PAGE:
The result? They neutralize the very acids (what little they had) needed for proper digestion. Food moves through the gastrointestinal tract in a partially digested state, which can open the door for allergic reactions and nutrient deficiencies. All due to improper digestion. 

What’s worse, some of these acid-blocking drugs also seem to cause dementia.

People often take these medications for years, which increases the risk, according to some studies. 

Busy doctors often do not take the time to review all the prescriptions their patients are taking. The damaging negative side effects seem to build over time.

Randy’s Recall

Randy* came to me due to having trouble with word recall. He’d had GERD for 20 years and was prescribed PPIs. He was also on cholesterol-lowering medication.  At his annual check-up, his doctor said his cholesterol numbers looked perfect. 

After a difficult divorce ten years earlier, Randy was prescribed antidepressants.

Gradually, he began having trouble remembering things. He couldn’t think of the word he was looking for. He came to me worried that he might be getting dementia. 

“If that’s what’s happening to me,” he said, “is there any way I can stop this or even turn it around?” Few things scare people more than the idea of losing their memory. 

I discovered that Randy had a perfect storm of many things that could be harming his brain. His PPI drugs had caused nutritional deficiencies, including B12 and trace minerals. His antidepressant was likely attributed to cognitive decline.

Although Randy’s doctor thought his cholesterol numbers were “perfect,” they were far from it.

The Cholesterol / Dementia Connection

Due to his meds, Randy’s cholesterol was down to 130. This is not good. Cholesterol that low is another risk factor for dementia. 

Negative side effects of statin drugs can also be dangerous. Among other things, statins can contribute to dementia.,  

In my next blog, I’ll discuss the importance of, and huge misconceptions surrounding, cholesterol.

Fortunately, Randy was willing to make changes in his lifestyle that improved his mental health as well as his overall physical health. With proper monitoring, he was able to eliminate all the medications he’d been taking. 

Every aspect of his life improved, which is my goal for every patient. 

The beauty of functional medicine is that it addresses root causes. Everything is connected to everything else. As one part begins to work better, everything else begins to work better too.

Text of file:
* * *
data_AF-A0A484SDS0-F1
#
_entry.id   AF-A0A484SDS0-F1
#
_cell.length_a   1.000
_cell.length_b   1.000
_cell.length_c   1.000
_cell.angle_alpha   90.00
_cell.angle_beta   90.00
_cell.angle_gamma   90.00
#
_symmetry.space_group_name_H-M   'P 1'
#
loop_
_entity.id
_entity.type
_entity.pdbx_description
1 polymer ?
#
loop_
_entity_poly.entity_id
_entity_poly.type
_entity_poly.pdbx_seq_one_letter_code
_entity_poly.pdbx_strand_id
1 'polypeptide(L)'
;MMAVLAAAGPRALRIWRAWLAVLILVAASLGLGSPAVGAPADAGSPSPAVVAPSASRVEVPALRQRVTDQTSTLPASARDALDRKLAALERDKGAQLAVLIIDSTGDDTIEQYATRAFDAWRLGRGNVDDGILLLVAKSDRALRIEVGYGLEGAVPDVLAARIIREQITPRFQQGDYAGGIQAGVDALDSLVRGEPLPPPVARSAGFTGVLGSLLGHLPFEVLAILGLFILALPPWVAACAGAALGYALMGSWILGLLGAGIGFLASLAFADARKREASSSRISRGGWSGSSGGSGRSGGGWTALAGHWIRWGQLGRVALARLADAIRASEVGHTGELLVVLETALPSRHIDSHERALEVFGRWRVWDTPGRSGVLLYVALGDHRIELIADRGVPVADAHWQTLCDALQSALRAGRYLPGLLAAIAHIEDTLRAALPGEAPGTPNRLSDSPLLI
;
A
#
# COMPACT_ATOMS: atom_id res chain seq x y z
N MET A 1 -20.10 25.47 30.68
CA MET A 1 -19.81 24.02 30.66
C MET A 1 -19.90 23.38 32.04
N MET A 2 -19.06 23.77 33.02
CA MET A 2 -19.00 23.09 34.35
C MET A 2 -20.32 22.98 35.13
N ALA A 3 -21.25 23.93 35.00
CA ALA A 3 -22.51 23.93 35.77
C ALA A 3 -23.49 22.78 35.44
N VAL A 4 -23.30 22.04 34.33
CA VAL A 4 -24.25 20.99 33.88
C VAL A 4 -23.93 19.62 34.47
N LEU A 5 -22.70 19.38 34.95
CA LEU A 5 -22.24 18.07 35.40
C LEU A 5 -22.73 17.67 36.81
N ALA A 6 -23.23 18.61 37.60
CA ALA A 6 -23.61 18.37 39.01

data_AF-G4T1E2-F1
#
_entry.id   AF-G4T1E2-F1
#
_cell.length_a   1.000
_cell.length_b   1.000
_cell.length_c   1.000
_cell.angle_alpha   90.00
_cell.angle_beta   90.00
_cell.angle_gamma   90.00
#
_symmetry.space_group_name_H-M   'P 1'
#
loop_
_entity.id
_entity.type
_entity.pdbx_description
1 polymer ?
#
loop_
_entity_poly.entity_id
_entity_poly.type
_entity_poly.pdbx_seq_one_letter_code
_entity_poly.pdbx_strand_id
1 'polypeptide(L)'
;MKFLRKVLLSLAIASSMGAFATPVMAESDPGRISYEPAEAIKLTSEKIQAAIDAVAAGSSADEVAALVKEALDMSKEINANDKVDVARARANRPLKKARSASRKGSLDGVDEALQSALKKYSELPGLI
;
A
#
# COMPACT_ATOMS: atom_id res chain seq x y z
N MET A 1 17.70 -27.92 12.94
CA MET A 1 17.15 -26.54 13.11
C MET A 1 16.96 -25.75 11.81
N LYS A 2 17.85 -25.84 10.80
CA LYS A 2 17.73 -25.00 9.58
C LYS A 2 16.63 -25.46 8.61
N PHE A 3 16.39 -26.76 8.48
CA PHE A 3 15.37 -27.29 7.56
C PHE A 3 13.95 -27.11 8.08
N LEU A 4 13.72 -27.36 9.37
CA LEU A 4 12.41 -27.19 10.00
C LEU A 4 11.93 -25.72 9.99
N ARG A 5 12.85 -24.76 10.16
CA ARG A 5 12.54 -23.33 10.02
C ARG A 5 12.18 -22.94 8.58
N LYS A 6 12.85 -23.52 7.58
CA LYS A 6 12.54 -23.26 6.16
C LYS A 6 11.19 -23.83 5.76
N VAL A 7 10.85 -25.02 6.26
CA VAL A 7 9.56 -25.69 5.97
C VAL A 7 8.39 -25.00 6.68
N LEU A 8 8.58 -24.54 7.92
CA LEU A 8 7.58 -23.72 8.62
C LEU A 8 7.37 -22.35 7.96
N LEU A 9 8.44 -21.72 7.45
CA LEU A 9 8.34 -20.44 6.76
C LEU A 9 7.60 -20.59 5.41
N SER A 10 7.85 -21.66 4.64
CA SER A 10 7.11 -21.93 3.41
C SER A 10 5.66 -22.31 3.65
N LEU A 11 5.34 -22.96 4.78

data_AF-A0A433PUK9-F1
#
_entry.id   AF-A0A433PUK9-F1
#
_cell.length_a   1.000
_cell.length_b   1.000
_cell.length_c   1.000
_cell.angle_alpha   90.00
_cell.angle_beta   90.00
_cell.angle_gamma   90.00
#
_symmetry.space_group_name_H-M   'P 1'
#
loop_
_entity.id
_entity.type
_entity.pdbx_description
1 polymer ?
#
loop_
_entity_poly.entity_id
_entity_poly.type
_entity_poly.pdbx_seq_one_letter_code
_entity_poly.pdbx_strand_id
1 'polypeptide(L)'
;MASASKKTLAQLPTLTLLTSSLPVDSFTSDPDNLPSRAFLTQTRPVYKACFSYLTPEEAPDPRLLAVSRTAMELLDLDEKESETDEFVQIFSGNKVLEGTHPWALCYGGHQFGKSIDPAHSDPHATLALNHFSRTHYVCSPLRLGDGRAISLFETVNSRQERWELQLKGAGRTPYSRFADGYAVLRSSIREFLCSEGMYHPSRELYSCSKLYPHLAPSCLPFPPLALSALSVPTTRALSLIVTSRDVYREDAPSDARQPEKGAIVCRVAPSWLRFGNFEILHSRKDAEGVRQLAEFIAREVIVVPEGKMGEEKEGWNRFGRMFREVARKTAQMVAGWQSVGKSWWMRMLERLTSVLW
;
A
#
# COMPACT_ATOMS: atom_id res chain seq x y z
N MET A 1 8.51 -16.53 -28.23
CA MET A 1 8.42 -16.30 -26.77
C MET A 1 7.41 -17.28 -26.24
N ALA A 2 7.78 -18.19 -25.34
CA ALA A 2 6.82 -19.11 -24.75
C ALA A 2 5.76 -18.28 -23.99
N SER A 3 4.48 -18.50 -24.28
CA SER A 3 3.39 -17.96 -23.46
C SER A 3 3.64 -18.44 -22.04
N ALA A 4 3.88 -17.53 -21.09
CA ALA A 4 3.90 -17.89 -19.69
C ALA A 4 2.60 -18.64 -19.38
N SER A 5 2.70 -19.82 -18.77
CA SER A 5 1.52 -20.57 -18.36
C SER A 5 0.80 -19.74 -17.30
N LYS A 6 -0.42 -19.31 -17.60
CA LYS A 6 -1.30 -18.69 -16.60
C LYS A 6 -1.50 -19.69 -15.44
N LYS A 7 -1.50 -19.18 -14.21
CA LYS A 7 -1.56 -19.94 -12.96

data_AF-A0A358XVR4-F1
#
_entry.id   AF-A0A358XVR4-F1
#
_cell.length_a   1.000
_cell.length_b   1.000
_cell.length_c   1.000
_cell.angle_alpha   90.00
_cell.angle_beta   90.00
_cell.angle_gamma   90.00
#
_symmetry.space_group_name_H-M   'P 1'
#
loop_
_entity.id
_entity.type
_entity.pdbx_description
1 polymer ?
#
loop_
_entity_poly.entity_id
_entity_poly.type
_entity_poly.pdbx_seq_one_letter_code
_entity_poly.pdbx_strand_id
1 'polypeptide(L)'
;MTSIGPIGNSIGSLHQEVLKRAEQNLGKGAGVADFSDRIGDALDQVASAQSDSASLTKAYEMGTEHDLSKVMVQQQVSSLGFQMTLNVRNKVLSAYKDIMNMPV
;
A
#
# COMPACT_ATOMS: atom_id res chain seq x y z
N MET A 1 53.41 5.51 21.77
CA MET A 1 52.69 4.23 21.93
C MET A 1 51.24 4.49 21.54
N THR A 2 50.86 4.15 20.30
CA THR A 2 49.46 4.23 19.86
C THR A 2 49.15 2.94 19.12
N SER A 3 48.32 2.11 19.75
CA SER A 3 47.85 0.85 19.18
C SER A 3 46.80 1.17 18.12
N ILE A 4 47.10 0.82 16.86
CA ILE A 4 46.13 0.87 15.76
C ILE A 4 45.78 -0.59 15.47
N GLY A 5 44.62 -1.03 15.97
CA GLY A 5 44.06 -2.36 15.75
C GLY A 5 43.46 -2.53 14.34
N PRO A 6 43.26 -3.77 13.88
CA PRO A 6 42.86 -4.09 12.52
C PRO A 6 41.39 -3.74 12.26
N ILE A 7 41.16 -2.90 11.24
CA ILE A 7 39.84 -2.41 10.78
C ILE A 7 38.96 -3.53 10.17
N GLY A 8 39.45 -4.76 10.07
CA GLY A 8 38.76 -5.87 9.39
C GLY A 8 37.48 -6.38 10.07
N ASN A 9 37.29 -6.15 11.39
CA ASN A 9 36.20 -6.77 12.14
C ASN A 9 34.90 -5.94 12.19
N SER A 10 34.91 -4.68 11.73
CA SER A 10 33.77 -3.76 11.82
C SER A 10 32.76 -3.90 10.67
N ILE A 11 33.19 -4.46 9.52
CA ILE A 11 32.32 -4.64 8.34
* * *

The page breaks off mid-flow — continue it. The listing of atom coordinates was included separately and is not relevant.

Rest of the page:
You Can Take Action Now

Scientific studies linking medications and cognitive decline often conclude with: “more studies are needed.” However, decades of studies already point to the dangers lurking in our medicine cabinets. 

I see cases each week that demonstrate how brain health can be supported. I see cases of brain functioning improving, once the body is given what it needs to heal. 

prescription pills

Protect yourself. Do all you can to support your brain health. Exercise, reduce inflammation, maximize your nutrition, balance your blood sugar and stress levels, and eliminate toxins (including any unnecessary medications). It’s important to review your prescriptions and over-the-counter medications.

To be clear, I am not anti-pharmaceutical drugs. They have their place. What I am urging is a clear-eyed evaluation of what (and how many) pharmaceutical drugs you’re taking, why, and for how long you’ve been taking them. Reducing dosages and weaning off of some may be possible, but always with medical supervision.

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Never stop taking statin drugs without medical supervision, because doing so can increase your risk for a serious cardiovascular event. However, there are many natural alternatives to statins that are much more effective and safer.   

Yes, it might sound overwhelming to do everything at once. But to begin is important. I am here to help you. 

Remember, this is good news. Now we know more than we did before. With the proper information, prevention is possible. Dementia is not inevitable. 

You now know more about how to protect yourself and your loved ones from this terrible affliction.

I look forward to helping you and your friends navigate a healthier future.  Book a complimentary appointment with me now.

*Fictional name based on a real case study.